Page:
By Kathy Jefcoats
JONESBORO — Clayton County sheriff-elect Victor Hill took the oath of office for the second time Thursday under circumstances far different from his first swearing-in in December 2004.
When Hill, then 39, was elected the county’s first black sheriff, Georgia Supreme Court Justice Leah Sears administered him the oath with much pomp and circumstance. Hill, wearing a full dress uniform, was surrounded by enthusiastic supporters. He promised then to always be the “keeper of the county.”
“I’ll never forget the man who said, ‘I will vote for you if you get that crack house off my street,’ ” he said at the time. “I promise you that every waking moment I will be the keeper of the county.”
Fast-forward eight years. There was no fanfare as Hill took the oath alone in the chambers of Clayton County Probate Judge Pam Ferguson, unaccompanied by an army of supporters.
Hill, 47, is under a 32-count felony indictment that could send him to prison for years and take away any chance of ever holding political office. One of the allegations is violation of the oath of office. Through his team of attorneys, Hill maintains his innocence and vows to carry out the duties of sheriff.
Hill couldn’t be reached for a statement. Hill attorney Steve Frey declined to comment when reached Thursday afternoon.
Taking the oath is just the first step toward accomplishing Hill’s goal. Being under felony indictment and awaiting trial puts Hill in unchartered territory for Clayton County.
There is a possibility Gov. Nathan Deal will appoint someone else to occupy the office of sheriff until Hill’s legal troubles are resolved. The Georgia Sheriffs Association has already presented Deal with a substitute — former Sheriff Bill Lemacks. Lemacks was the county’s 18th sheriff and served from 1983 until 1996.
But Clayton County’s legislative delegation is opposed to the governor stepping in. District 77 state Rep. Darryl Jordan sent a letter to Deal last month, asking him to stay out of what he considers a local issue.
“I could not continue to look at myself straight in the mirror if I did not register my complaint with you about the modern-day lynching of an elected official in Clayton County, Victor Hill,” Jordan’s letter begins. “Victor Hill is my friend. He is a man who has admitted to the voters of Clayton County that he has made some mistakes in the past.”
Jordan continued to accuse Hill’s opponents of violating the Voting Rights Act by taking away the will of the people who elected him. He claims GSA is “hijacking” voters.
Jordan and delegation Chairwoman Sen. Gail Davenport of Jonesboro, Vice Chairwoman Rep. Sandra Scott of Rex, Sen. Valencia Seay of Riverdale, Rep. Keisha Waites of Atlanta, Rep.-elect Demetrius Douglas and Rep.-elect Ronnie Mabra have also issued a joint statement opposing GSA’s recommendation.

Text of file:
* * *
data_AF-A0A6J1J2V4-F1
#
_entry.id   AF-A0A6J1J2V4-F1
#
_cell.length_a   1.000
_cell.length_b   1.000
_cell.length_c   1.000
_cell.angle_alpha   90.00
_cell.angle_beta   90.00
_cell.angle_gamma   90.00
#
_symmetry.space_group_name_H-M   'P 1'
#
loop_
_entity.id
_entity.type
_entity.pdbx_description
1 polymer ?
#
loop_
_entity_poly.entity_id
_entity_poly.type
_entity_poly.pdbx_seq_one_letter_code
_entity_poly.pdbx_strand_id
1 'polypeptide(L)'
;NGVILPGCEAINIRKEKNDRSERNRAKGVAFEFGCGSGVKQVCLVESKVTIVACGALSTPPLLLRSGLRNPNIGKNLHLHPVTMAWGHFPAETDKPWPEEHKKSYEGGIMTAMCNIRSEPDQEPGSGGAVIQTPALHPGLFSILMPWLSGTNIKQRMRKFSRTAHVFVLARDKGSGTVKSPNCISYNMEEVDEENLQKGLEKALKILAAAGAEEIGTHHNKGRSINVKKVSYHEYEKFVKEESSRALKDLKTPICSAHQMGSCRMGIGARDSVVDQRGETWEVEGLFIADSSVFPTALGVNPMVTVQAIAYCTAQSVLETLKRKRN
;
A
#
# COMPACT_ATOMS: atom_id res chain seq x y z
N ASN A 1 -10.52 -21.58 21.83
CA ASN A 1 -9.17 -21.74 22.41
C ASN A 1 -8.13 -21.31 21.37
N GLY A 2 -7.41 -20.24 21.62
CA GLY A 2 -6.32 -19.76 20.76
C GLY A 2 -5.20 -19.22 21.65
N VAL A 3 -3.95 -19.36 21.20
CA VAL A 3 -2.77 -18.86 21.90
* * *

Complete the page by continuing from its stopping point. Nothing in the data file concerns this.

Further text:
“We share great concern that GSA’s recommendation to Gov. Nathan Deal to fill the sheriff’s position has come before the courts make a decision on Mr. Hill’s innocence or guilt,” reads the statement.
GSA Executive Director Terry Norris has said the intent is not to undermine the decision of the people.
“This is not an attempt to circumvent the electorate,” said Norris in response to the delegation’s concerns. “We were looking at it solely from a professional aspect and to get someone experienced to sit in that seat temporarily until things settle down.”
Outgoing Sheriff Kem Kimbrough retains the office until midnight Dec. 31. With Jan. 1 a county holiday, it is expected that Hill will officially return to power Jan. 2. On his first day in office in 2005, Hill fired 27 deputies — all of whom sued him and the county. They won back their jobs and split a multi-million dollar settlement.
Hill has promised to proceed with caution this time, vowing to bring in human resources personnel to help with the transition of power.
Sheriff’s Capt. Brian Crisp said there is too much uncertainty to comment on what actions employees might take, although some who are eligible have applied for retirement.
“We are all waiting to see,” he said Thursday. “No one knows what’s going to happen.”
Also on his first day in 2005, Hill charged the brother of his predecessor, Stanley Tuggle, with harassing phone calls. Mark Tuggle reportedly called the sheriff’s office at least twice to discuss the firings. Mark Tuggle reportedly called Hill “a short little (expletive)” in one message and “lowdown scum” in the second.
The Clayton County State Court Solicitor General dismissed the case seven months later. Mark Tuggle filed a civil suit against Hill in February 2006. A U.S. District Court jury held Hill responsible for the false arrest and ordered him to pay Mark Tuggle $475,000.
Tuggle’s attorney, Bill Atkins, also sought more than $100,000 in attorneys fees. Nearly six years later, Atkins said neither he nor his client has seen a dime.
Hill filed for bankruptcy and lost the home he bought in 2004 to foreclosure after losing a re-election bid in 2008.
Hill takes office this time as a law enforcement officer without Georgia certification. The Peace Officers Standards and Training Council suspended his certification when he was indicted in January. Under state law, Hill has six months in which to regain active certification or become ineligible to hold office.
Without certification, he has no arresting powers and isn’t authorized to carry a firearm. It is unlikely that POST will reinstate certification until Hill’s criminal case is resolved.
Hill was set to go to trial Nov. 26 but both the state and defense have filed motions with the Court of Appeals, delaying trial for up to a year.
Clayton County commissioners appointed County Manager Wade Starr last week to be the county's liaison with Hill during the Sheriff's Office transition.